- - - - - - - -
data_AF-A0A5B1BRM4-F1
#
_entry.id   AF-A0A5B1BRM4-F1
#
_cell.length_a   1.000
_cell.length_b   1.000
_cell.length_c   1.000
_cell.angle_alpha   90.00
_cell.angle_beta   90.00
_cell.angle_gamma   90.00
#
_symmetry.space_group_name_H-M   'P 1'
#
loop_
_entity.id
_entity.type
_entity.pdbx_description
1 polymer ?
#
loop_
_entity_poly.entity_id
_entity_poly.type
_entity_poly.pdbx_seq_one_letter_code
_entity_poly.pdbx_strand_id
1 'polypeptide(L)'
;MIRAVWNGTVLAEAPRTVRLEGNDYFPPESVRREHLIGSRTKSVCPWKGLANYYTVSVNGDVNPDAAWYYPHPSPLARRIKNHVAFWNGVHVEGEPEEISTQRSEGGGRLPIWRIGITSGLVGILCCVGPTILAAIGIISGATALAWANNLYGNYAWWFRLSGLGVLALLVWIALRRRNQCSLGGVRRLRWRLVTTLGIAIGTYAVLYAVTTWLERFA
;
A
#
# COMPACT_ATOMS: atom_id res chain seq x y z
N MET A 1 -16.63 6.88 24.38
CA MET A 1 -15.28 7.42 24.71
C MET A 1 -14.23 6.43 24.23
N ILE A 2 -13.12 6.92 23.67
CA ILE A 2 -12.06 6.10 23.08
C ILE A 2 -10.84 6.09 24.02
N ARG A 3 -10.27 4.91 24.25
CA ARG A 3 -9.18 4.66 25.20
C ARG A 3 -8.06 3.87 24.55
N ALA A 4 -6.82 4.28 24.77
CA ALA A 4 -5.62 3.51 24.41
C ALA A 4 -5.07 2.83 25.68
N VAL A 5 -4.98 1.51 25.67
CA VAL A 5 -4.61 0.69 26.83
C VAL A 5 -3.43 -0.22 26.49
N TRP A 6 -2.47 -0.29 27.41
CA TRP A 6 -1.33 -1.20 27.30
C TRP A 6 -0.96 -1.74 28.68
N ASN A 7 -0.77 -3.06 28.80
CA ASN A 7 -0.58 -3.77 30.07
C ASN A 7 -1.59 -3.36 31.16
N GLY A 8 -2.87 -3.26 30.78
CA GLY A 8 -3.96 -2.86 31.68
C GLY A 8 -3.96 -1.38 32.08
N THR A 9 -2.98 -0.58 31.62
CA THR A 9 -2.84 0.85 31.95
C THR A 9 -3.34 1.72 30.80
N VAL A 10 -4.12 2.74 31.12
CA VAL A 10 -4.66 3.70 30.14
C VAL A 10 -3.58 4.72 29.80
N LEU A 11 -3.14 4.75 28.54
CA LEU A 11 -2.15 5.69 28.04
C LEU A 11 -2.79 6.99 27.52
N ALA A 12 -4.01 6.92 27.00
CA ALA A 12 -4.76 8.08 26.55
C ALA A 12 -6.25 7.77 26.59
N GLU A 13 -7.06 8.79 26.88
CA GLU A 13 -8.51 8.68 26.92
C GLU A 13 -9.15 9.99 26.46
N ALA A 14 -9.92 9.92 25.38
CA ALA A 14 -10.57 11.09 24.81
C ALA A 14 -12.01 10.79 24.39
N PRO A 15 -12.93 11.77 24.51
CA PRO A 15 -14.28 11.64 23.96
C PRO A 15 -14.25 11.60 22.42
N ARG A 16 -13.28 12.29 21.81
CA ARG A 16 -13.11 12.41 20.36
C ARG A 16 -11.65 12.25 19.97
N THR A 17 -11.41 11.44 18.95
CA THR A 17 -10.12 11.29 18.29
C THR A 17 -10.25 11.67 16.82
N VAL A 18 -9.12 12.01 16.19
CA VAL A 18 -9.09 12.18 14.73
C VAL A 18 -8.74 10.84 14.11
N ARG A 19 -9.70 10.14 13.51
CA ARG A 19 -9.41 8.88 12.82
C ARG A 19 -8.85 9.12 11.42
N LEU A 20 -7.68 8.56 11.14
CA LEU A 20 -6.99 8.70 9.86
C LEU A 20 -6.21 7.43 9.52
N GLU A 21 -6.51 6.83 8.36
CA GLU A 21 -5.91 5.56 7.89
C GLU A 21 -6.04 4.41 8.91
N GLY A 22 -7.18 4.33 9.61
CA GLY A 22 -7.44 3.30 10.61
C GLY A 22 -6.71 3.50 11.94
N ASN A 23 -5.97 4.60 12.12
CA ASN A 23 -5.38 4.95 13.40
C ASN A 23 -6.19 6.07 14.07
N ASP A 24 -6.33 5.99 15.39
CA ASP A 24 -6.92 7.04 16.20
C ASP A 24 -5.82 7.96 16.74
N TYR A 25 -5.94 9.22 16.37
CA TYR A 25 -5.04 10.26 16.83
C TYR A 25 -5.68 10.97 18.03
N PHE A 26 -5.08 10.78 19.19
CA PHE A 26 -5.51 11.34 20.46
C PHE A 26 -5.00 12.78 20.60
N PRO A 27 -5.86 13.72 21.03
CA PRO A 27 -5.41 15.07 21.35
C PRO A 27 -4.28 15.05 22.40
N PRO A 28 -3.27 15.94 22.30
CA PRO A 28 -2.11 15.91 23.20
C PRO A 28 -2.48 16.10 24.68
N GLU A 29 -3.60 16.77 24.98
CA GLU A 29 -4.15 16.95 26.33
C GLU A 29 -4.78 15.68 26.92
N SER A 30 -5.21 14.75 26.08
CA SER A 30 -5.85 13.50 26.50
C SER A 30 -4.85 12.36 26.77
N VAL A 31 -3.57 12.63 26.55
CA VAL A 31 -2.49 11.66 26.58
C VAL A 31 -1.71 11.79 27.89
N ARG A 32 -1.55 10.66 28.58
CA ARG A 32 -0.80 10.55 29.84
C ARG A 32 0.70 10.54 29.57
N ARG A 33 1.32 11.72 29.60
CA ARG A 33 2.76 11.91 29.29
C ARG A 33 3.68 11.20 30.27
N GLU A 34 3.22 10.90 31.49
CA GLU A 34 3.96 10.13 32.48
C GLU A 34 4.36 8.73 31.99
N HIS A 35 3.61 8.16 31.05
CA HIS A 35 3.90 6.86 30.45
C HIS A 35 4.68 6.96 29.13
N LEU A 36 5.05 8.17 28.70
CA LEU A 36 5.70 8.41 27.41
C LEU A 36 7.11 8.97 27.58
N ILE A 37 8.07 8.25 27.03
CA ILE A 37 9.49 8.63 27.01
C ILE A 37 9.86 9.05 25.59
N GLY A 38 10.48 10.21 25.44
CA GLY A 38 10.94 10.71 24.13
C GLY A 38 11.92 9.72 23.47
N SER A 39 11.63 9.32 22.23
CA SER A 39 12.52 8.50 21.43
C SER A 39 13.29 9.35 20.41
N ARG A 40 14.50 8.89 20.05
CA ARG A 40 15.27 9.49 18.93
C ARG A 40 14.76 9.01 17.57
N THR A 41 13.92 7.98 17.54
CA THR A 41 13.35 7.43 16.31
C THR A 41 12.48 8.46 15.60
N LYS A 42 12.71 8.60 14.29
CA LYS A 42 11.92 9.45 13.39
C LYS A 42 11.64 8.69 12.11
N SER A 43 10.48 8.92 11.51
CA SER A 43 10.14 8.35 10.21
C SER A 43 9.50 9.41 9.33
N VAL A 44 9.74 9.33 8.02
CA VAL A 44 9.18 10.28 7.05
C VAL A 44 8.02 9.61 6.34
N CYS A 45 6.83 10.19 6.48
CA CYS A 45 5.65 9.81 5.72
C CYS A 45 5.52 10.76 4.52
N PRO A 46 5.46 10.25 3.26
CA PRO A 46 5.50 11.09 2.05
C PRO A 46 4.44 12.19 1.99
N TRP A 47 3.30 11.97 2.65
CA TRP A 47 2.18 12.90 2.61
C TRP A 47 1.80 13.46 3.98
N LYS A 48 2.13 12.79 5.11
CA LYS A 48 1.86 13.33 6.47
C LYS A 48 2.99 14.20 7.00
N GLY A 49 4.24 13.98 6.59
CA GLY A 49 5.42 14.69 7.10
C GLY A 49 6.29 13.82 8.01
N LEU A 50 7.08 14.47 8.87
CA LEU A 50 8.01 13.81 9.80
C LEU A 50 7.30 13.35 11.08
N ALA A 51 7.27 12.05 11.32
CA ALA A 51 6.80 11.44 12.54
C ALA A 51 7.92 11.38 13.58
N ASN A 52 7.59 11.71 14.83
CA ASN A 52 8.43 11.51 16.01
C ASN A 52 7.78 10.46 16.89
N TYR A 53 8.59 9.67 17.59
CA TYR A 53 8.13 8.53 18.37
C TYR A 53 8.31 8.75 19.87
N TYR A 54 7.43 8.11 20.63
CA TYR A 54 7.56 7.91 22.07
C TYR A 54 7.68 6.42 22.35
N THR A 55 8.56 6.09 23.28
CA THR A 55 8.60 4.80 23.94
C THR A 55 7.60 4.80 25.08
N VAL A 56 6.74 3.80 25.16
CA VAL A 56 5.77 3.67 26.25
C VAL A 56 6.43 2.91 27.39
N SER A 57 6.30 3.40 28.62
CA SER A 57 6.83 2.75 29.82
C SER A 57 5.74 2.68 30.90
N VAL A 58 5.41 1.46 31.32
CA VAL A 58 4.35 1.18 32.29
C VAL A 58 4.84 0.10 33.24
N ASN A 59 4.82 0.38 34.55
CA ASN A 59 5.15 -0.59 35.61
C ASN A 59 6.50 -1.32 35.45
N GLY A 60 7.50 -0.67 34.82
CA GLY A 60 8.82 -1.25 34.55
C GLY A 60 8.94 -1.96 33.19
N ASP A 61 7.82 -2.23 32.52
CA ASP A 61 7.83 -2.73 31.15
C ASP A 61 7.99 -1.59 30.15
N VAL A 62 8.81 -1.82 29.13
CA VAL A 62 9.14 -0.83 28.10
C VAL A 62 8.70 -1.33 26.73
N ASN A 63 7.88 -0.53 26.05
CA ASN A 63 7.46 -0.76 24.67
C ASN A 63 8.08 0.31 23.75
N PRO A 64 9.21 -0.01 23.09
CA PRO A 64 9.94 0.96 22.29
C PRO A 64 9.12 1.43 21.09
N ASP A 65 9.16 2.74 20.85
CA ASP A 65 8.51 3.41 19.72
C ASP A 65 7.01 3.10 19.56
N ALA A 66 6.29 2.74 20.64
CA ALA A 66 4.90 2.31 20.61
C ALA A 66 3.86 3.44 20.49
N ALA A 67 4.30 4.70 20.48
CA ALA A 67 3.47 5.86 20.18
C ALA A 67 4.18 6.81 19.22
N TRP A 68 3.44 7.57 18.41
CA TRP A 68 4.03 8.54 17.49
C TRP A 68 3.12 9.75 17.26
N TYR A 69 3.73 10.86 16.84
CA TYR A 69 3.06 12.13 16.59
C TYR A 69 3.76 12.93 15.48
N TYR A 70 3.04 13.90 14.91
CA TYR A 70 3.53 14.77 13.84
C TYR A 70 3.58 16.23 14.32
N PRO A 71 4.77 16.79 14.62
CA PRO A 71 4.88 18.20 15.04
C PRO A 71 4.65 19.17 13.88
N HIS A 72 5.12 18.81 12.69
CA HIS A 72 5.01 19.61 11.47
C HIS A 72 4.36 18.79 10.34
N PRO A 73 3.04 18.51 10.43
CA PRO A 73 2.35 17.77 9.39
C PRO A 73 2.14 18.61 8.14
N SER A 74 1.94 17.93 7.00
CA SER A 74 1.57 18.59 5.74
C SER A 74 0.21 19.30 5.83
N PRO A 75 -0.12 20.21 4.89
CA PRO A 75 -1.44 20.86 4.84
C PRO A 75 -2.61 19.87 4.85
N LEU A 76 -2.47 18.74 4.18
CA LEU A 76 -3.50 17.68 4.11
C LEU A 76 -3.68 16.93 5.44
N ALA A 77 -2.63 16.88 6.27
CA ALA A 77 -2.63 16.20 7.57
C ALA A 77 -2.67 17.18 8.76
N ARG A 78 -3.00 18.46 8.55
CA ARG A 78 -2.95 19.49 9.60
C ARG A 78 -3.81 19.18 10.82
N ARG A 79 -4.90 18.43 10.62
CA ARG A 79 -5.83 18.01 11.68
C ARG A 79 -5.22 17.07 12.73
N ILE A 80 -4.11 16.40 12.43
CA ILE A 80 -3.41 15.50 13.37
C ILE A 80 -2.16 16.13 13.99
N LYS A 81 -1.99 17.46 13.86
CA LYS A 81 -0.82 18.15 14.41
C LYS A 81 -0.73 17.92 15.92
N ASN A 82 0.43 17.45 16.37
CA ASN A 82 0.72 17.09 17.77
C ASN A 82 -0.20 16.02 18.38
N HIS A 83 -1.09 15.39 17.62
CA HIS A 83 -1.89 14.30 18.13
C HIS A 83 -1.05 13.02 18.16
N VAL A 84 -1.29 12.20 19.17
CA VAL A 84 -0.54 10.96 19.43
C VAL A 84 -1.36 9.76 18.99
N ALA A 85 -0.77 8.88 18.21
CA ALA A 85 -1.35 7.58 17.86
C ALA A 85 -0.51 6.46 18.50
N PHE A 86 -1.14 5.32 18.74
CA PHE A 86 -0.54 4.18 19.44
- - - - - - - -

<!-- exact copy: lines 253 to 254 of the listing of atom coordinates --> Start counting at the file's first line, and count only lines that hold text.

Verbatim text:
N PRO A 75 -0.12 20.21 4.89
CA PRO A 75 -1.44 20.86 4.84